I was cursed to carry that passport over at least four continents before it finally expired. Now that I think about it, my current passport has a picture of a man 60 pounds heavier than me who is wearing prescription eyeglasses. Still, I can point out certain facial features (scars, that is to say) that I picked up in an attack of Shingles about twelve years ago. I was unaware – until said attack occurred – that Shingles is a sort of relapse of Chicken Pox. If you never had the latter, you needn’t worry about the former. Apparently, the disease hides in your spine until you get older and stressed. It only attacks one side of the body, so only one one side of my face was so inflamed that my eye was swollen shut. I wore a pair of wrap-around sunglasses at work until this disfigurement abated. One colleague made a joke in the elevator about Steve, the International Man of Mystery. So, I whipped off the sunglasses – just for fun. His shocked reaction satisfied my wicked sense of humor. I was also limping as a result of a blood clot in my leg. He asked about that and I explained that it was totally unrelated. I was a pitiful sight, I reckon.
Loves Travel Stop #499 I-84 Exit 17, Troutdale, Oregon
I called the towing yard to check if someone would be there to let me in after 5 o’clock, which is about the soonest I could be there. The answer was, “maybe”. I don’t know if I need to settle the account or not or when that will be possible. I’m fine with waiting until morning since I have been up since 5AM two time zones to the east. As long as I can get into the truck, life can continue as what passes for normal over the road.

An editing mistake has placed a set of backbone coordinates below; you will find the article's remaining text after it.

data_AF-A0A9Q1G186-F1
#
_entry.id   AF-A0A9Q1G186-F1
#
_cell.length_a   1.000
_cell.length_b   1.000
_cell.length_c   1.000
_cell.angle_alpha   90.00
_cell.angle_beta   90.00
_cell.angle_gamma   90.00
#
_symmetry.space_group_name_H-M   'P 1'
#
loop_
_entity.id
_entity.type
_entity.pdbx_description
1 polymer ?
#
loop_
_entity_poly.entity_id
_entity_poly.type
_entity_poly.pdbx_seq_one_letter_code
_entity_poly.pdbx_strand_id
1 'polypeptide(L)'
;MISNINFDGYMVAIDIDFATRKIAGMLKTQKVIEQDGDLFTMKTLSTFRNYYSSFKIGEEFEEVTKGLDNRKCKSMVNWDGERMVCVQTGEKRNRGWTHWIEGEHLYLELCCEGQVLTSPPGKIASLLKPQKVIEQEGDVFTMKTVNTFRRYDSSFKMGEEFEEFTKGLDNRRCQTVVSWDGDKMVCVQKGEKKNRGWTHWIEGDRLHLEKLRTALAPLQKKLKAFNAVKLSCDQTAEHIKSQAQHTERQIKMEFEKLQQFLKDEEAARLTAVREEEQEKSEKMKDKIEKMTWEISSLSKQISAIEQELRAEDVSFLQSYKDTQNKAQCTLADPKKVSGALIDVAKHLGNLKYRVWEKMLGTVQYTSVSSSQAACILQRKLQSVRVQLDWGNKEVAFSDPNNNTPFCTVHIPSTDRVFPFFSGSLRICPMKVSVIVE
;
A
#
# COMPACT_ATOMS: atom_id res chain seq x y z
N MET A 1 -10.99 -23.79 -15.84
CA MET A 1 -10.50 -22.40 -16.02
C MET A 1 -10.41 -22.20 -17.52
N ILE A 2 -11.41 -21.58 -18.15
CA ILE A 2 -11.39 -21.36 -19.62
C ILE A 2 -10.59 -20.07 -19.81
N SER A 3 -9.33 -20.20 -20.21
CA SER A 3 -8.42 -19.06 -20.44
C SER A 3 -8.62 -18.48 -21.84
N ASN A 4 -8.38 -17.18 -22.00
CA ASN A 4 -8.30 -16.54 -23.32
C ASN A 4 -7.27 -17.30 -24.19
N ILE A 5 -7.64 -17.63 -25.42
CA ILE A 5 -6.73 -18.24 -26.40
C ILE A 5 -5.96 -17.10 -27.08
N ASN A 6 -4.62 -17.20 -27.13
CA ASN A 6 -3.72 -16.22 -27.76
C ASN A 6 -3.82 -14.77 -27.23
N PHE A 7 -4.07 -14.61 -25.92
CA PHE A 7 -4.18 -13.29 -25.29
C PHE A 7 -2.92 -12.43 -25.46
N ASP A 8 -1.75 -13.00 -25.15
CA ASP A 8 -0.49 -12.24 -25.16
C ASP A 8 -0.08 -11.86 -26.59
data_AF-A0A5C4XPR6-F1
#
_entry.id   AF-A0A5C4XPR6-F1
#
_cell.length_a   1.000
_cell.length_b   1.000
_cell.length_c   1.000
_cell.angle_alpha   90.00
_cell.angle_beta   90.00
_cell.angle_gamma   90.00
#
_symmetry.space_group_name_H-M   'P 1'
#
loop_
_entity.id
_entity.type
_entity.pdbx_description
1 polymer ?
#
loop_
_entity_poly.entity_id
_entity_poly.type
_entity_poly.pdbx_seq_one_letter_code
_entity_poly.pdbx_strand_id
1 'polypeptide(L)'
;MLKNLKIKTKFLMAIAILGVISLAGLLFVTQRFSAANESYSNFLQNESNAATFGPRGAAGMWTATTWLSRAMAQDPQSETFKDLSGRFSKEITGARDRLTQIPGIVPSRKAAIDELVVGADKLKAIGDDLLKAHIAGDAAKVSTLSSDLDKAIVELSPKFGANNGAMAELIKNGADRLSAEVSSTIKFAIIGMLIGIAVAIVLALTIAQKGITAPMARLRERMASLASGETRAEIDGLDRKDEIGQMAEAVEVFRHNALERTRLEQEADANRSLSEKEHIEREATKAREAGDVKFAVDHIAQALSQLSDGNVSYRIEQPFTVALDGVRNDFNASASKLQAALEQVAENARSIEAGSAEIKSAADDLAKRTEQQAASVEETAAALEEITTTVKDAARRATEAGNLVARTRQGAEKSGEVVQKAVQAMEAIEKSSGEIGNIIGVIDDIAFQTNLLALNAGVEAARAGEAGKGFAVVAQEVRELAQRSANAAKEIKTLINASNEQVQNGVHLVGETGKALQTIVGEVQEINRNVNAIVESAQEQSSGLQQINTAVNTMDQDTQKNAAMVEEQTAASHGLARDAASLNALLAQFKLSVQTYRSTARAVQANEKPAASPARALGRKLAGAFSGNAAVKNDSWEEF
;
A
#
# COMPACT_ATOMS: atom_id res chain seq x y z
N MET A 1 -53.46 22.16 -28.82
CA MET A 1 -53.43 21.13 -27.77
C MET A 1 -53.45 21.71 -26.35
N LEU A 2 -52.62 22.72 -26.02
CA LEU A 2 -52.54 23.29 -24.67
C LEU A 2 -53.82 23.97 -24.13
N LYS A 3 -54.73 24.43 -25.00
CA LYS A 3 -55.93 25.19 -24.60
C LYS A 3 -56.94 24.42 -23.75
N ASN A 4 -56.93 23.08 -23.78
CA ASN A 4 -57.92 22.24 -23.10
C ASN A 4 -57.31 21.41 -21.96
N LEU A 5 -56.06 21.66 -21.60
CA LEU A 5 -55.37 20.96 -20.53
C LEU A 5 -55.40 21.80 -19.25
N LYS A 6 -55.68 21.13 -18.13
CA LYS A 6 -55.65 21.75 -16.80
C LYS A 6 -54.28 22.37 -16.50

The flight to Portland was also half full. In a demonstration of what I have long known is the Luck of the Campbells, my aisle seat was on the only row where three people were assigned. It was also across the aisle from a colicky baby. Usually I am also seated behind the first man to recline his seat (and last to un-recline, when the attendant has to remind him as the flight is ending). He is always a tall man (and this one was), so that his head will intrude even farther into what other people call “my personal space”. Ha! His seat was incapable of reclination! That luxury IS available – at extra cost, of course.
Fortunately, after takeoff I could abandon the $12-extra seat and claim a whole row to myself. Unaccountably, the plane arrived 40 minutes early and I was able to get to the Tow Yard before closing. My trailer has been appropriated by another Company driver, but the tractor is still there. The engine diagnostic tells me that there is water in the fuel and demands that I connect an Engine Service Tool (computer) before it will tell me the three problems it could have displayed on the dash, but won’t. The APU that charges the batteries, supplies 110 power and keeps me from freezing at night has a diesel-powered generator that tries mightily, but cannot start. A call to Road Rescue and they advise me to “Get a load and get out of the Northwest. We will schedule you to visit a ThermoKing (APU) shop.”
The lack of a trailer makes it difficult to convince anyone to assign me a load so I can take that advice. I did drain the fuel filter settling bowl where water accumulates. Then I drove to this truck stop where I am patiently awaiting assignment while unpacking, cleaning and organizing the truck and – of course – writing for you, my Loyal Readers.
Over The Road,